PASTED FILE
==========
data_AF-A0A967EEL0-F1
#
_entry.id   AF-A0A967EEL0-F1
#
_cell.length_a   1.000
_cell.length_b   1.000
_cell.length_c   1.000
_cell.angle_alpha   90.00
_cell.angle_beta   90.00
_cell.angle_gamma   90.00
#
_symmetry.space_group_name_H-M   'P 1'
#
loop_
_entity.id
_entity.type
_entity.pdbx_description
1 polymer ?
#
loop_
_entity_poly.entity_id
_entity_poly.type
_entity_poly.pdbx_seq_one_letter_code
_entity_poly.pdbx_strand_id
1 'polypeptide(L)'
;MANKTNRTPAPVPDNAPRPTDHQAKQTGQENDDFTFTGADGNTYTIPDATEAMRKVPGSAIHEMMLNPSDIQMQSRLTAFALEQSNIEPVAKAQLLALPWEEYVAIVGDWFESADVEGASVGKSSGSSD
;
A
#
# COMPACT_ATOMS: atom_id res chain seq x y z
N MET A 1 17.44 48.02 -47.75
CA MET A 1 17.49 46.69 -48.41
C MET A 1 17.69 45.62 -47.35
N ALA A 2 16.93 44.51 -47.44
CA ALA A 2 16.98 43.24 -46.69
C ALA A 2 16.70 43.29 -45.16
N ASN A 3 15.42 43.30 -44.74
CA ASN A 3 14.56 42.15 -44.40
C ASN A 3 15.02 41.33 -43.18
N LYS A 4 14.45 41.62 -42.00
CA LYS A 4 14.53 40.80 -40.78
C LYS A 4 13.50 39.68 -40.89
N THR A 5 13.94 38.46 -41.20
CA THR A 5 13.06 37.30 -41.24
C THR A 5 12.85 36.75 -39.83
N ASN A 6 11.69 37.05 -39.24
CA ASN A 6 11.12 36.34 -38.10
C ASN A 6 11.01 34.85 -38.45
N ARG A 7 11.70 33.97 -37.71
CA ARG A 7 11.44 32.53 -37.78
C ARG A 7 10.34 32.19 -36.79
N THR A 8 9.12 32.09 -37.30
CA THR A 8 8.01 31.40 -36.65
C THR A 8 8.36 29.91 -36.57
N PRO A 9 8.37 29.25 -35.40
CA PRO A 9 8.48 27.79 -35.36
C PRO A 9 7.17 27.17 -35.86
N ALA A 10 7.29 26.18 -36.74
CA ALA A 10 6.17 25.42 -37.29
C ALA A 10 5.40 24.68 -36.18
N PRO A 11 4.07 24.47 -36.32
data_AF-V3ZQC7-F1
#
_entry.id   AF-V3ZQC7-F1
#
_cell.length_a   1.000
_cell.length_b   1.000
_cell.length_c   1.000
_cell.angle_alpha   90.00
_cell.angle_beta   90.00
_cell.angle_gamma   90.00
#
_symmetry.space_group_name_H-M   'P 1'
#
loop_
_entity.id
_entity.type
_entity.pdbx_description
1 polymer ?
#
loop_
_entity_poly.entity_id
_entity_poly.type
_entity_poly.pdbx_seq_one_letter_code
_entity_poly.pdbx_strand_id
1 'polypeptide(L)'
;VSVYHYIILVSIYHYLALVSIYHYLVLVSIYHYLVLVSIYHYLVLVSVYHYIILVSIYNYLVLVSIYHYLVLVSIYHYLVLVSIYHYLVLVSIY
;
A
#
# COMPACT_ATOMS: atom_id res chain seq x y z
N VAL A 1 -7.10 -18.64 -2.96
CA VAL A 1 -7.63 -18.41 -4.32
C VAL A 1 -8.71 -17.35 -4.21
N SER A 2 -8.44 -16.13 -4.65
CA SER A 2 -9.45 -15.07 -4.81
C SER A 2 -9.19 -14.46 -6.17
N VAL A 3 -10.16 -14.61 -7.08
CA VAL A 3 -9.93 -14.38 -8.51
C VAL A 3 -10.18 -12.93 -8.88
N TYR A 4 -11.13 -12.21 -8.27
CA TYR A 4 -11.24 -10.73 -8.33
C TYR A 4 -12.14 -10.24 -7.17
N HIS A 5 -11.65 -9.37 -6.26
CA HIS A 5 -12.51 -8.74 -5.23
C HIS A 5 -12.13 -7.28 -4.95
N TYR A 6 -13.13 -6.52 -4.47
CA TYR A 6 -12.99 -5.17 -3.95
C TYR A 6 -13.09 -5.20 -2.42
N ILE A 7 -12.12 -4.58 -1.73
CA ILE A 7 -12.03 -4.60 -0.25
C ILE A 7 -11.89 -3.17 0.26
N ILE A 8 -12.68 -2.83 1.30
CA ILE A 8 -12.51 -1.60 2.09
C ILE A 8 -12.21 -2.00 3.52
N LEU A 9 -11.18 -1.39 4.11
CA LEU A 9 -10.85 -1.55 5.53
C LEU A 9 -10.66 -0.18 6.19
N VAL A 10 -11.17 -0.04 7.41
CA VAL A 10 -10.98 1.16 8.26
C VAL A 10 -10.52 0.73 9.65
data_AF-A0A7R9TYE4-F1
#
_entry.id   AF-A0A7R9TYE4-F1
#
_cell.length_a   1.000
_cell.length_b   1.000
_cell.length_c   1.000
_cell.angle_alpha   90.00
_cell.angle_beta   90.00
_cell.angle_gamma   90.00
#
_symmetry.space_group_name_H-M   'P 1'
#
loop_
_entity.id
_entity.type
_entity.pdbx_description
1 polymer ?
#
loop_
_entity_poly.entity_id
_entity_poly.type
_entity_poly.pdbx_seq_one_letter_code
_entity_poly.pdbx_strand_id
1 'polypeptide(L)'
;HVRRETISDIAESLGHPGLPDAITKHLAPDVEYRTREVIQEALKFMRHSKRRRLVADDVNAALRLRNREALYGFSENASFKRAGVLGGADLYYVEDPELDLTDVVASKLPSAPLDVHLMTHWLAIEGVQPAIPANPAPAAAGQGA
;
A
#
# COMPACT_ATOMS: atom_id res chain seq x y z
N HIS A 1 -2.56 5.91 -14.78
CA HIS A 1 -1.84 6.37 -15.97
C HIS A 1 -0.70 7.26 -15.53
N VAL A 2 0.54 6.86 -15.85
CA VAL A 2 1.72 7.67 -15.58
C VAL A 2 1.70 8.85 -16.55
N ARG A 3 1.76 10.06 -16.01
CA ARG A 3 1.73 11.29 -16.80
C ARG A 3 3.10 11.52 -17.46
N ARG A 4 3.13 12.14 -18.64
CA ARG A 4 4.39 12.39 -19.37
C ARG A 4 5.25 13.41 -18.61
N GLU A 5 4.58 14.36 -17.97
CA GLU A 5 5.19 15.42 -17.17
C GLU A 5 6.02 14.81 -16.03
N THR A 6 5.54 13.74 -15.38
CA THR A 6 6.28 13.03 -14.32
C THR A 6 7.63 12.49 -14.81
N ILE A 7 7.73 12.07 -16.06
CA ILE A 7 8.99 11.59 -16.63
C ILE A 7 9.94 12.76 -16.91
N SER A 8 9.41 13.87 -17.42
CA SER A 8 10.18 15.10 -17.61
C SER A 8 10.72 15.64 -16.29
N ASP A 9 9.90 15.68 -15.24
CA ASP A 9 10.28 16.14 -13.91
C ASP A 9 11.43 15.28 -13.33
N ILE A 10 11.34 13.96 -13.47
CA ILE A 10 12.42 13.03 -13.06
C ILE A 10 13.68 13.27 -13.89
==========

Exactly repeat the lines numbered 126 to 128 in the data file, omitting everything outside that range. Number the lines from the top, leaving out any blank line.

_cell.length_a   1.000
_cell.length_b   1.000
_cell.length_c   1.000